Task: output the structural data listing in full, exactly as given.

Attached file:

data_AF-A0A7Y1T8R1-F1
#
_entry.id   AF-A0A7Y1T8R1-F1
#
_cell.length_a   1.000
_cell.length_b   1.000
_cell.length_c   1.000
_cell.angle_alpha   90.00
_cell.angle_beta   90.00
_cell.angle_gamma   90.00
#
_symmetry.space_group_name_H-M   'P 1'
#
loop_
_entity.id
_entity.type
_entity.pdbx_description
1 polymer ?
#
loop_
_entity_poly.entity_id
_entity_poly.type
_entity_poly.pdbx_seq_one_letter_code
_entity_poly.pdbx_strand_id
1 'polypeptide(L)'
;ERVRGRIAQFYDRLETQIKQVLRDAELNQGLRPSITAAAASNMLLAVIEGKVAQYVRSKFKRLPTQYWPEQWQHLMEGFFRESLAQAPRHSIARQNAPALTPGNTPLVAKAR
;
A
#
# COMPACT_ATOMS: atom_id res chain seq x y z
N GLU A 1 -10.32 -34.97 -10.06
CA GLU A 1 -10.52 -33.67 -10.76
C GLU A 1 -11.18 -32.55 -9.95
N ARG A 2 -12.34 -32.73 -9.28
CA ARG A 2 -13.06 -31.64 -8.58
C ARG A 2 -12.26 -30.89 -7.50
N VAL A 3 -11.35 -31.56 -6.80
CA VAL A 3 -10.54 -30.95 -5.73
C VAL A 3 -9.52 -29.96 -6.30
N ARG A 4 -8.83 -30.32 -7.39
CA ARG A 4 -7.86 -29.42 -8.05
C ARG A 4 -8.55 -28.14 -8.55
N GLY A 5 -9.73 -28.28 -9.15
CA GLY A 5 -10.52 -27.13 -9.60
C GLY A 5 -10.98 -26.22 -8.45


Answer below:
data_AF-A0A7Y1T8R1-F1
#
_entry.id   AF-A0A7Y1T8R1-F1
#
_cell.length_a   1.000
_cell.length_b   1.000
_cell.length_c   1.000
_cell.angle_alpha   90.00
_cell.angle_beta   90.00
_cell.angle_gamma   90.00
#
_symmetry.space_group_name_H-M   'P 1'
#
loop_
_entity.id
_entity.type
_entity.pdbx_description
1 polymer ?
#
loop_
_entity_poly.entity_id
_entity_poly.type
_entity_poly.pdbx_seq_one_letter_code
_entity_poly.pdbx_strand_id
1 'polypeptide(L)'
;ERVRGRIAQFYDRLETQIKQVLRDAELNQGLRPSITAAAASNMLLAVIEGKVAQYVRSKFKRLPTQYWPEQWQHLMEGFFRESLAQAPRHSIARQNAPALTPGNTPLVAKAR
;
A
#
# COMPACT_ATOMS: atom_id res chain seq x y z
N GLU A 1 -10.32 -34.97 -10.06
CA GLU A 1 -10.52 -33.67 -10.76
C GLU A 1 -11.18 -32.55 -9.95
N ARG A 2 -12.34 -32.73 -9.28
CA ARG A 2 -13.06 -31.64 -8.58
C ARG A 2 -12.26 -30.89 -7.50
N VAL A 3 -11.35 -31.56 -6.80
CA VAL A 3 -10.54 -30.95 -5.73
C VAL A 3 -9.52 -29.96 -6.30
N ARG A 4 -8.83 -30.32 -7.39
CA ARG A 4 -7.86 -29.42 -8.05
C ARG A 4 -8.55 -28.14 -8.55
N GLY A 5 -9.73 -28.28 -9.15
CA GLY A 5 -10.52 -27.13 -9.60
C GLY A 5 -10.98 -26.22 -8.45